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Centre defends decision on Delhi House

New Delhi, March 6: The government today defended in the Supreme Court its decision to keep the Delhi Assembly under suspended animation, saying elections so soon were not in public interest and dissolving the House would “close the option” of staking fresh claim.

The Centre’s affidavit came in response to a notice the court had issued on a petition filed by Arvind Kejriwal’s Aam Aadmi Party, which had challenged the President’s decision not to dissolve the Assembly.

Kejriwal, whose rookie party won 28 of Delhi’s 70 seats in the elections late last year, had resigned as chief minister on February 14 after his minority government lost a bid to introduce an anti-corruption bill.

The AAP leader had recommended that the Assembly be dissolved but lieutenant governor Najeeb Jung had not considered it.

In its affidavit, the Centre said the petitioners had “erroneously proceeded on the basis” that the President was “bound to dissolve” the Assembly because there was “no possibility of the formation of any government.

“This assertion has been made on the basis of (the) contention that the other main parties, namely (the) BJP and (the) Congress have expressed their unwillingness and inability to form the government,” the affidavit said.

The Centre said Jung, in his February 15 report to the President, had explained why immediate elections would not be “expedient”.

One reason was holding fresh elections within such a “short” span of time was not in public interest. “Since the election to the Assembly has only concluded in the first week of December and the government was formed on 28 December, 2013, it would not be expedient, or in the interest of the public of the national capital territory of Delhi to hold the next elections in such a short time,” the Centre said, quoting the lieutenant governor’s communication to the President.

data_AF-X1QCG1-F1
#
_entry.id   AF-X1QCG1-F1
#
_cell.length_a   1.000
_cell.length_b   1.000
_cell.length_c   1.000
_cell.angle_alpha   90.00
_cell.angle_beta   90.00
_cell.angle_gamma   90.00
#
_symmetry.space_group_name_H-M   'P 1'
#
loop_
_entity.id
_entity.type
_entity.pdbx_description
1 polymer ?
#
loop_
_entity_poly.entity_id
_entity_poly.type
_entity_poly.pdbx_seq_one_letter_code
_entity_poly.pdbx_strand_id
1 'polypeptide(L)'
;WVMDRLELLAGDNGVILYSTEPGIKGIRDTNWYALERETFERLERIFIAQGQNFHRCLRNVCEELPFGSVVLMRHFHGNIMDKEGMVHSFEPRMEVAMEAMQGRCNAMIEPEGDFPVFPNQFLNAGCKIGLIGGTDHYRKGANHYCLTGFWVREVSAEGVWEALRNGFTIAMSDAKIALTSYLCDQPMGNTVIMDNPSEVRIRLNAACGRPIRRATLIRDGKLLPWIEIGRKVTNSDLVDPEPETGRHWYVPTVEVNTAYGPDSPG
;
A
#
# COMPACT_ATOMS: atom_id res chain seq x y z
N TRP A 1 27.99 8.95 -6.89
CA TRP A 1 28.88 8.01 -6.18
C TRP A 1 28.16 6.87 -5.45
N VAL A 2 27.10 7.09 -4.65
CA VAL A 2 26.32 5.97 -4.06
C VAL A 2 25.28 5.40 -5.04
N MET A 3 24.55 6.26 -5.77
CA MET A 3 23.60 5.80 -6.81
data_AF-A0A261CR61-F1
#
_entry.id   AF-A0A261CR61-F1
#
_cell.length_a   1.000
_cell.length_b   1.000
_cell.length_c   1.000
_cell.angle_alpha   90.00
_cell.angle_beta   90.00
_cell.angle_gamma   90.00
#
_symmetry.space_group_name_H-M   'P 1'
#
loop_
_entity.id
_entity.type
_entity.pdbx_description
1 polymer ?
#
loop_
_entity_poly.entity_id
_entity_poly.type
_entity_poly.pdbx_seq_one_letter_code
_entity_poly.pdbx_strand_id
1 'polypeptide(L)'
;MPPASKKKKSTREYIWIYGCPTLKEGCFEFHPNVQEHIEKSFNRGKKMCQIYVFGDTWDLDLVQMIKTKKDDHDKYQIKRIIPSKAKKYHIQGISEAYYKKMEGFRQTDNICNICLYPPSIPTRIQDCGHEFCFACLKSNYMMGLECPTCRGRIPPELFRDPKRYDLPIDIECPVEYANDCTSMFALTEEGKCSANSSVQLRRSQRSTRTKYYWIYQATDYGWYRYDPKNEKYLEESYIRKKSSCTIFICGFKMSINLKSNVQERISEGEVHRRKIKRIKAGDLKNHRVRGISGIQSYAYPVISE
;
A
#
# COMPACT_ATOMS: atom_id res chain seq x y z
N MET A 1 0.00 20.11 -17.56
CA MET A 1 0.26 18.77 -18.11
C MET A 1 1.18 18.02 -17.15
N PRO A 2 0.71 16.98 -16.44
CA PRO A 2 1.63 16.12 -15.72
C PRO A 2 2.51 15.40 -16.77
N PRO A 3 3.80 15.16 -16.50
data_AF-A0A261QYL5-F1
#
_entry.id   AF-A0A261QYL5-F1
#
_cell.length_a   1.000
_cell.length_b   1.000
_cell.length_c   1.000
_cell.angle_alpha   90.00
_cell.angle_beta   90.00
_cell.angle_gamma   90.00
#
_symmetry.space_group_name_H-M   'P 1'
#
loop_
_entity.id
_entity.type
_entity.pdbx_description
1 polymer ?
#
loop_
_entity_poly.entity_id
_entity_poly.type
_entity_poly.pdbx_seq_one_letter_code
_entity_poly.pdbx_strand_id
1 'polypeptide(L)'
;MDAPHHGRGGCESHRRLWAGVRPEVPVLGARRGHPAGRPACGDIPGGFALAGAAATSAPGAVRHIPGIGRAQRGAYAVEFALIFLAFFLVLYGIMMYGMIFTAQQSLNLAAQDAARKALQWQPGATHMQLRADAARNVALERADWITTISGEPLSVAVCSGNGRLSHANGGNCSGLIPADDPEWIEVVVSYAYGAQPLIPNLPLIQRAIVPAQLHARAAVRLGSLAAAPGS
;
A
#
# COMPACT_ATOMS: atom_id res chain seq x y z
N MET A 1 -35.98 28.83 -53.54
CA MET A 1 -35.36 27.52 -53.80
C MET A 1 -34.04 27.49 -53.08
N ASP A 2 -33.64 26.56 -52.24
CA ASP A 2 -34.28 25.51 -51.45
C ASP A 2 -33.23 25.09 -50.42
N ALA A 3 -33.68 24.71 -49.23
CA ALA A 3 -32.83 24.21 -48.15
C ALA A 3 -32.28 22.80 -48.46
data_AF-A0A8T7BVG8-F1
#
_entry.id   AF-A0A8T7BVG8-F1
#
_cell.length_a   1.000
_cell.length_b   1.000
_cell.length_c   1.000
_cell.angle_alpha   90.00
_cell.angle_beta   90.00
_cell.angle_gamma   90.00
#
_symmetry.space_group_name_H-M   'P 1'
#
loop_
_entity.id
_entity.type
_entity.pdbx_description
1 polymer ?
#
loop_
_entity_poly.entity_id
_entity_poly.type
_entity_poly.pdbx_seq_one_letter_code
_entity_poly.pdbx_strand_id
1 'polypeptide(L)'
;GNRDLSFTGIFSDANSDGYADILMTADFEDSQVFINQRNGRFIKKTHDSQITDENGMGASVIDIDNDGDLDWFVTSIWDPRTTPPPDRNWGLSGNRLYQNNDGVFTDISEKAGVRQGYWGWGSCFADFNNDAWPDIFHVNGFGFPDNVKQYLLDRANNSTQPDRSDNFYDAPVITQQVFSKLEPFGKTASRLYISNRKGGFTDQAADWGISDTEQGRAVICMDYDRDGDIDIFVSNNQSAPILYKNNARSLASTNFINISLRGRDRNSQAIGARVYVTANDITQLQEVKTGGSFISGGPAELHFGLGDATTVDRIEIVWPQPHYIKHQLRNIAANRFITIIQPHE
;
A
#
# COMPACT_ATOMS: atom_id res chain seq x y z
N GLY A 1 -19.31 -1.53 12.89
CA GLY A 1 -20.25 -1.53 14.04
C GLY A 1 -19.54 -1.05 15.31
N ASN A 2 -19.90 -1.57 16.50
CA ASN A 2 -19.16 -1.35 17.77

Jung also said dissolving the House would “close the option” of other political parties or alliances to “stake… claim in the near future”, according to the affidavit.

The government told the court the situation in the Delhi Assembly was fluid because of internal dissent in the AAP that has expelled one of its MLAs, who had claimed he had the support of some legislators, while a founder-leader had quit the party. “In this scenario, as pointed out by the LG, the possibility of the BJP staking claim to form the government could not be ruled out,” the Centre said.

The BJP has 32 MLAs, four short of the majority in the 70-member House. The Congress had won 8 seats and others 2.

Because of the “fractured mandate”, the situation could “very well change in the near future”, the Centre said. “Therefore, it is respectfully submitted that the petitioners are totally wrong in asserting that there is absolutely no possibility of the formation of any other government in Delhi.”

The Centre said the “democratic right” of the capital’s citizens “obligates” the lieutenant governor and the President to “explore every possibility of a popularly elected government emerging from the duly elected Legislative Assembly”.

The government cited a 1994 judgment of the court to back its argument. The court had then said dissolution of an Assembly amounted to undoing the will of the people, which should not be resorted to as a matter of course but only out of necessity.